Gas tax divides local reps

MANCHESTER - An increase in the gas tax appears to be a leading option among lawmakers in the search for more money to pay for road repairs and other transportation costs.

The proposal is now before the state Senate, after winning passage in the state House of Representatives last week. Manchester's representatives divided over the issue, casting opposing votes on the proposed measure that would hike the state's take from gasoline sales.

Cynthia Browning, one of the state representatives for the Bennington-4 District, which includes Manchester, Arlington, Sandgate and most of Sunderland, said that the gas tax will be used in the short-run to match federal funds and in the long-run to find more revenue to fund transportation. "The justification given is twofold," said Browning. "In the short run we need to have money to match Federal Transportation Funds. In the long run we need to find more revenue to fund transportation because the current gasoline tax is applied as cents per gallon, so revenue does not go up when the price of gas goes up."

Since gas prices have been higher in recent years, people have been driving less and buying more fuel efficient cars. As a result, the cents per gallon tax brings in less revenue, she said.

The current gas tax is at 19 cents per gallon. Under the new gas tax, that number would be lowered to 13 cents per gallon but indexed to inflation along with a 4 percent sales tax on the price per gallon.

"Right when gas prices rise, putting pressure on working Vermonters' budgets, the gas tax will rise in dollar terms, although the total increase is capped," Browning said. "When inflation increases, putting additional pressure on our budgets, the cents per gallon tax will increase as well."

Using a gas price of $4 per gallon, Browning said she anticipates a net effect of going from a tax of 19 cents per gallon to 29 cents per gallon, which could go higher. A person buying 50 gallons of gas a week would be paying $260 in increased taxes for the year, she added.

Browning was one of the 37 who voted against the proposed gas tax. She said she worked with other legislators to amend the legislation. However all the amendments put forward failed, and she ultimately was not in favor of the new gas tax.

"As gas prices and inflation rise their dollar amount will increase automatically, without further votes by the legislature. This is not the way to do transparent and accountable tax policy," she said. The argument in favor of these increases is also undermined by the fact that revenue has been systematically diverted from the Transportation Fund for other uses in State government for years, which contributes to the transportation fund's present shortfall, she said.

Jeff Wilson, a state representative for the Bennington-4 District along with Browning, said that the Transportation Committee did most of the leg work on the gas tax and passed it with a 10-0 vote. It then went in front of the Ways and Means Committee, of which Wilson is a member, where it passed with a 10-1 vote. It was then voted on and passed by the entire House by a margin of 105-37, and is now in the hands of the Senate.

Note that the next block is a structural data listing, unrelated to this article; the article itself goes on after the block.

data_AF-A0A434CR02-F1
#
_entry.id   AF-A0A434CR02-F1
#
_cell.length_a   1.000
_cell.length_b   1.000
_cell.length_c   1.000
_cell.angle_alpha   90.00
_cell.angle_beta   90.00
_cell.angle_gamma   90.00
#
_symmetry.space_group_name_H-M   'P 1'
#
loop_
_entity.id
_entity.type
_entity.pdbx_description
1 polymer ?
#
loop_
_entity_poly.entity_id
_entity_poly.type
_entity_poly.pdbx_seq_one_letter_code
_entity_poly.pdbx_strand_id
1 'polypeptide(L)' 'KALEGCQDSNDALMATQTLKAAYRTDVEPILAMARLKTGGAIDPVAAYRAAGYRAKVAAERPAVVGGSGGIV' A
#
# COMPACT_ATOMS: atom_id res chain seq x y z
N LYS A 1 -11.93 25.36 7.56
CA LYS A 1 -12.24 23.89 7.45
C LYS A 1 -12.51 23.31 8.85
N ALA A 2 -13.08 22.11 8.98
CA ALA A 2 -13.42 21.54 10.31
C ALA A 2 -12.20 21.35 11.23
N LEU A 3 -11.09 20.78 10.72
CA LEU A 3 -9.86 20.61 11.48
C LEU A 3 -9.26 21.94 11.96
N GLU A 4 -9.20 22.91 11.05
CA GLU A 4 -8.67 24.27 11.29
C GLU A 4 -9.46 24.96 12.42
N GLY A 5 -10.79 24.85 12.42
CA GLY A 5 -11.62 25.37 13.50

The proposal is set to raise about $36.5 million in new revenues from the gas sales tax, without which the state will lose about $56 million in federal matching funds. It's also intended to address volatile gas prices and declining gas consumption by providing a blended revenue source, according to a study conducted by the state's Joint Fiscal Office.

Overall, Vermonters will see a 7.5 cent increase in gas taxes, by 2014, with the first phase of the tax coming in May. There's a minimum floor, so that Vermonters will never pay less than 13.4 cents of gas taxes, even if gas prices go below $3.88 a gallon, and a maximum ceiling, so people won't pay more than 19 cents per gallon, even if prices rise to $5.30 a gallon.

Wilson said he voted in favor of the legislation containing the gas tax in part because Vermont's roads and bridges are in less than ideal condition and if something is not done now, they will only get worse.

"People are driving less. People have more efficient cars. I think it's something like 36 million gallons less of gas being sold annual in Vermont then it was 10 years ago and it just doesn't generate the revenue we need to keep our bridges and roads up to par," he said.

"Nobody likes to pay more taxes. Most folks I have talked to support it because they recognize that our roads are not in great shape and if we don't do anything to raise revenue to pay for maintenance it will only get worse," he added.

Wilson said that he believes this will only be a short term solution of funding transportation and that it might not work for the long term.

"I think people recognize that the gas tax is not going to be the ultimate solution of funding highways, but at this point in time we still have to continue to use the gas tax as a revenue source," he said.

For local gas station owner Steve Burzon, owner of Garden Arts Fresh Market, said that he is more worried about the well-being of regular people trying to make a living than his own business.

"I think I am going to get people buying gas regardless of the price," he said. "What worries me is that my employees and other low income residents and families are going to have a hard time. People who don't make as much money already have a hard time with the price of gas digging into their wallets and I think the gas tax will only make that worse."

Burzon said that he is not in favor of the gas tax for that reason, that it effects lower income families more than it does people who have more money to spend and that he thinks that other means of finding money should be used to fund transportation, at least for the time being.


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